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The question of Griffin October 24, 2009

Posted by Tony Randall in Journalism, Politics.
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Nick Griffin has had his moment and I’m afraid he didn’t blow it, whatever the “mainstream” right-wingers say. Worse, the BNP man was perhaps eased off the Question Time hook by the very people who thought  their attack would leave him swinging there.

When his fellow panellists got into their stride, and with the protesters baying outside, the programme had the feel of a self congratulating feeding frenzy. And it didn’t feel good. Bizarrely, it didn’t seem like fair play.

Never mind that whenever those of Griffin’s ilk achieve power fair play is the first casualty, if it didn’t feel quite kosher to me, a black man, how did it play in the living rooms of those with something approaching regard for a man who stands up and voices taboos they partially share?

It also displayed the shallow nature of our politics – the silly ritual of  snarky soundbites and point scoring that in the end seem to trivialise everything .

Bonnie Greer tried to levitate above the spittle yet her thoughtfulness clearly left many half wondering what she was on about (answer: what they all should have been on about, a calm perceptive take, impelled not by the need to win but by a need to shine some light).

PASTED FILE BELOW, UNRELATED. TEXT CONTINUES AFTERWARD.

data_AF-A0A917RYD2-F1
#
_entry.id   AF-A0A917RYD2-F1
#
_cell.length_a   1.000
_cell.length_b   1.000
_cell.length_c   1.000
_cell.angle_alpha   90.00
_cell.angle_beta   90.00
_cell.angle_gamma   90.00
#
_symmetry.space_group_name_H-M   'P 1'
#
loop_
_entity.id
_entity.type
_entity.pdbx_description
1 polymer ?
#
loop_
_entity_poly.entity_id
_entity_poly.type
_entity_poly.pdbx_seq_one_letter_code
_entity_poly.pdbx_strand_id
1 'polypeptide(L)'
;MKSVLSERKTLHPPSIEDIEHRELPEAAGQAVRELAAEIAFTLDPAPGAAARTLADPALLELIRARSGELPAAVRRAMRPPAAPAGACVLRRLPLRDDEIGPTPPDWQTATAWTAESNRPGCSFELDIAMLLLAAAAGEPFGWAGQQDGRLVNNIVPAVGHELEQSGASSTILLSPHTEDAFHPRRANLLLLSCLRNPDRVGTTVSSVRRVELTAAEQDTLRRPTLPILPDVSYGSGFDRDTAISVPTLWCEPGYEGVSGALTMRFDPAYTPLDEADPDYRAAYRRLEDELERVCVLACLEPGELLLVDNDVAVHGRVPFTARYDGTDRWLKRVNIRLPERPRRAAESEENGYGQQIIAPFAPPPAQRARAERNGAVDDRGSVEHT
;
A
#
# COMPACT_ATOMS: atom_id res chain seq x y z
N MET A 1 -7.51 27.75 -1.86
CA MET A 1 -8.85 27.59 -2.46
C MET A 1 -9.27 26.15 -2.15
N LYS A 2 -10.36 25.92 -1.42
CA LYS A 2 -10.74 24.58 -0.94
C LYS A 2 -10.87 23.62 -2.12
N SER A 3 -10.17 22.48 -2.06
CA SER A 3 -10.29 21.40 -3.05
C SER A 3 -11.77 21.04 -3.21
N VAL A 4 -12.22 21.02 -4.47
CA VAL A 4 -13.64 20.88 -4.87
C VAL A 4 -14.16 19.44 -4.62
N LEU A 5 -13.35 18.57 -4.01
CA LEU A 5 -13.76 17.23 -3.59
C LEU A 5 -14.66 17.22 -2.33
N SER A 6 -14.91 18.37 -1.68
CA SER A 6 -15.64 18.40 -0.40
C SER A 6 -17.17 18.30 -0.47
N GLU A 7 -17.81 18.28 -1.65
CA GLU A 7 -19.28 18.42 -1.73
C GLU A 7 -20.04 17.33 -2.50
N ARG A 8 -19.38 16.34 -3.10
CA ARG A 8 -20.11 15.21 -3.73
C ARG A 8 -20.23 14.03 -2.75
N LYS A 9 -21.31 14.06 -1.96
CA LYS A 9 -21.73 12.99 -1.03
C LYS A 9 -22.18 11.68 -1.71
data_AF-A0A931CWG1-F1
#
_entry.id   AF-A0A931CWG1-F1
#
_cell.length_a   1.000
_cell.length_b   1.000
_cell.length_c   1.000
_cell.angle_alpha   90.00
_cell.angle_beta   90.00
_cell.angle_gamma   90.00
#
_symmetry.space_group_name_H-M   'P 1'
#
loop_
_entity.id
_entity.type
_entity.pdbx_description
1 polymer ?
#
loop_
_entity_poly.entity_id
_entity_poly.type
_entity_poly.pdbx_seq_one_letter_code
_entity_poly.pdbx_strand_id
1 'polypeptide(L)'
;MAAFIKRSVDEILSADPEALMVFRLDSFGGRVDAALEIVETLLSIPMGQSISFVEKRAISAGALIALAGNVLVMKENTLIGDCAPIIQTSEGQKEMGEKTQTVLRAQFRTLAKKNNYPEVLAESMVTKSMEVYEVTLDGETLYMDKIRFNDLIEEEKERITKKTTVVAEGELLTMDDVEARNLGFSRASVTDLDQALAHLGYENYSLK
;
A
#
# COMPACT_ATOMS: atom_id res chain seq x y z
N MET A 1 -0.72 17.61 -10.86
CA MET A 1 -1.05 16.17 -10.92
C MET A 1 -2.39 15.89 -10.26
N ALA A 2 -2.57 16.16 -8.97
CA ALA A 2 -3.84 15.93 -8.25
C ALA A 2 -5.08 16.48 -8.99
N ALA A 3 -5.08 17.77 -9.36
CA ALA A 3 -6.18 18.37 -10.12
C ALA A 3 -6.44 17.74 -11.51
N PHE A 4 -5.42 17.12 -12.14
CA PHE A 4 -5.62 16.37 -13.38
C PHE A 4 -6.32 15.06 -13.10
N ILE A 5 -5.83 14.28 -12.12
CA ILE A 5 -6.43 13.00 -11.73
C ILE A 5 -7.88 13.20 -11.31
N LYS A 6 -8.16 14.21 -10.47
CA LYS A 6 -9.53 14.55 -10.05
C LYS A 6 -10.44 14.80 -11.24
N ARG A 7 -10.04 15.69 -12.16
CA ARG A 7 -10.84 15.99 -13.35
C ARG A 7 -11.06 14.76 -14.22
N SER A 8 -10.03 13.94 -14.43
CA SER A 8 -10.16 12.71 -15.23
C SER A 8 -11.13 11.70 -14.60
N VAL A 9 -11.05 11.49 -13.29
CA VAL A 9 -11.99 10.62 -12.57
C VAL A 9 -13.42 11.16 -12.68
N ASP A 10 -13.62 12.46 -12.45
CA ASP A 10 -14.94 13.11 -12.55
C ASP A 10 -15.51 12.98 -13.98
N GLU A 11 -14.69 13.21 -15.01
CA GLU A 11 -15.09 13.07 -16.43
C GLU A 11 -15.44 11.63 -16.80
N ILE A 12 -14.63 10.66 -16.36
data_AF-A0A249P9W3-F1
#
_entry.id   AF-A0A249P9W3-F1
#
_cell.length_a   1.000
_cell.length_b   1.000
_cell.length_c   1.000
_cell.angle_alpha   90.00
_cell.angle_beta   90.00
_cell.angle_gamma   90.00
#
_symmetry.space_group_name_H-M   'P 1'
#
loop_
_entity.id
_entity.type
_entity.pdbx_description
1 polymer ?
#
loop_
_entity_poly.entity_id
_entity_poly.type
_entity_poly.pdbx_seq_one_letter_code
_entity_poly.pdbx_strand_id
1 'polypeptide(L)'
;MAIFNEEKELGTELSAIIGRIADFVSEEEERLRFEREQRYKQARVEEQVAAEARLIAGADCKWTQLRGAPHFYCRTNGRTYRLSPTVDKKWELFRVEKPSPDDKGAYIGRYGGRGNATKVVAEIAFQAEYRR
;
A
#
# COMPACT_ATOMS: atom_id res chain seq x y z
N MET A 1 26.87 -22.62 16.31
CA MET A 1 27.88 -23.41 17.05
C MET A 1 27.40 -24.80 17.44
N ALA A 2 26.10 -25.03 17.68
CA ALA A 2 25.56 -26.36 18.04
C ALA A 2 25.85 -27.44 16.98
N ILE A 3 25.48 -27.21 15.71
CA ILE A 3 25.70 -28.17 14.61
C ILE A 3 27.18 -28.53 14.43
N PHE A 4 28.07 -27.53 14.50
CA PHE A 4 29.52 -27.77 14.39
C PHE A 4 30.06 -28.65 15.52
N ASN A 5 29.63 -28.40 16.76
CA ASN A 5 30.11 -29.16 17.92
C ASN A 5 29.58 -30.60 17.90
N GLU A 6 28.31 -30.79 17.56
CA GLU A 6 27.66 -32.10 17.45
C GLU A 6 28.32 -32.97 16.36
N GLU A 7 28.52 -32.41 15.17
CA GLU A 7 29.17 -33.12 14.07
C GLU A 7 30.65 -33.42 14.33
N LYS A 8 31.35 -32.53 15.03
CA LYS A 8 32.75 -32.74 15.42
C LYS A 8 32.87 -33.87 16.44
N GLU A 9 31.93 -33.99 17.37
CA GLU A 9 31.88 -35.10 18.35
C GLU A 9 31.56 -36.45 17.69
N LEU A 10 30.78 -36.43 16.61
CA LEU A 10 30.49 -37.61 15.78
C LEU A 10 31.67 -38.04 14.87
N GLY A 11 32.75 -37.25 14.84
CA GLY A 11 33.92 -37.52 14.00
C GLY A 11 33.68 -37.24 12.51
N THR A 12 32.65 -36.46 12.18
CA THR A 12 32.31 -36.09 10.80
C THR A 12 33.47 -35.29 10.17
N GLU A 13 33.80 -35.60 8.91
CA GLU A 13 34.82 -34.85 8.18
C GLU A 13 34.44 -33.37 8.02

I think the heat without light was a missed opportunity. This was a chance, not so much to put Griffin to shame by proving he is a slippery fish with a hidden agenda, but to dismantle his foundations, to reveal the inhumanity his cause would unleash, because that is the truly shameful thing.

Some of his sympathisers might then have been persuaded to recoil from the horror he offers, rather than be tempted to see him as a put upon Englishman being told to get lost by some out-of-touch politicians – aka a scenario they readily identify with.

So to today. The Mail led the way back to familiar territory, spinning the episode into an attack on the BBC and quite slyly – but horribly – attempting to keep BNP supporters on side . Why? The Mail naturally doesn’t want to alienate its legion of readers who devour their stories about bloodsucking asylum seekers and boogeyman muslims with hooks. The kind of stories that a certain Nick Griffin likes to tell.

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